After a short interval Cambacérès was, by the constitution of December 1799, appointed second consul of France—a position which he owed largely to his vast legal knowledge and to the conviction which Sieyès entertained of his value as a manipulator of public assemblies. It is impossible here to describe in detail his relations to Napoleon, and the part which he played in the drawing up of the Civil Code, later on called the Code Napoleon. It must suffice to say that the skilful intervention of Cambacérès helped very materially to ensure to Napoleon the consulship for life (August 1, 1802); but the second consul is known to have disapproved of some of the events which followed, notably the execution of the duc d’Enghien, the rupture with England, and the proclamation of the Empire (May 19, 1804). This last occurrence ended his title of second consul; it was replaced by that of arch-chancellor of the Empire. To him was decreed the presidence of the Senate in perpetuity. He also became a prince of the Empire and received in 1808 the title duke of Parma. Apart from the important part which he took in helping to co-ordinate and draft the Civil Code, Cambacérès did the state good service in many directions, notably by seeking to curb the impetuosity of the emperor, and to prevent enterprises so fatal as the intervention in Spanish affairs (1808) and the invasion of Russia (1812) proved to be. At the close of the campaign of 1814 he shared with Joseph Bonaparte the responsibility for some of the actions which zealous Bonapartists have deemed injurious to the fortunes of the emperor. In 1815, during the Hundred Days, he took up his duties reluctantly at the bidding of Napoleon; and after the second downfall of his master, he felt the brunt of royalist vengeance, being for a time exiled from France. A decree of 13th May 1818 restored him to his civil rights as a citizen of France; but the last six years of his life he spent in retirement. He was a member of the Academy till the 31st of March 1816, when a decree of exclusion was passed. In demeanour he was quiet, reserved and tactful, but when occasion called for it he proved himself a brilliant orator. He was a celebrated gourmet, and his dinners were utilized by Napoleon as a useful adjunct to the arts of statecraft.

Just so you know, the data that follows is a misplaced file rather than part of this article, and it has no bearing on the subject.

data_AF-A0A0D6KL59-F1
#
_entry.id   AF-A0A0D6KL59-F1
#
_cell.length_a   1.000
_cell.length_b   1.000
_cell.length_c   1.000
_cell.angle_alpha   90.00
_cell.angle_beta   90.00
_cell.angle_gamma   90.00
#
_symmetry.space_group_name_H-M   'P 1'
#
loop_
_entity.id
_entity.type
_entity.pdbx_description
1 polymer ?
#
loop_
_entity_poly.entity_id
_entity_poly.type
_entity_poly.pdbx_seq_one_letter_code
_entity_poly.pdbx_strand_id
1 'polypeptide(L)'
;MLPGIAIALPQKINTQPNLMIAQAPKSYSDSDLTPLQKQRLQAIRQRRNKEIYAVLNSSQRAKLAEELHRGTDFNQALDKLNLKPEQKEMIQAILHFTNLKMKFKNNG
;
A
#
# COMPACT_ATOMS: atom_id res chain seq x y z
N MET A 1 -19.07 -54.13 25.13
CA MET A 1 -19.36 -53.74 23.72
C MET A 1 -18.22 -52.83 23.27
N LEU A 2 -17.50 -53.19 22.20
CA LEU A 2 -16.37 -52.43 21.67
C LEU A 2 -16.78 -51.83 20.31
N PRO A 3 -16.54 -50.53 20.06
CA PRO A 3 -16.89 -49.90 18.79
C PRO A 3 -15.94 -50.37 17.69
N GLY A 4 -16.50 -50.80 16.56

See A. Aubriet, Vie de Cambacérès (2nd ed., Paris, 1825). (J. Hl. R.)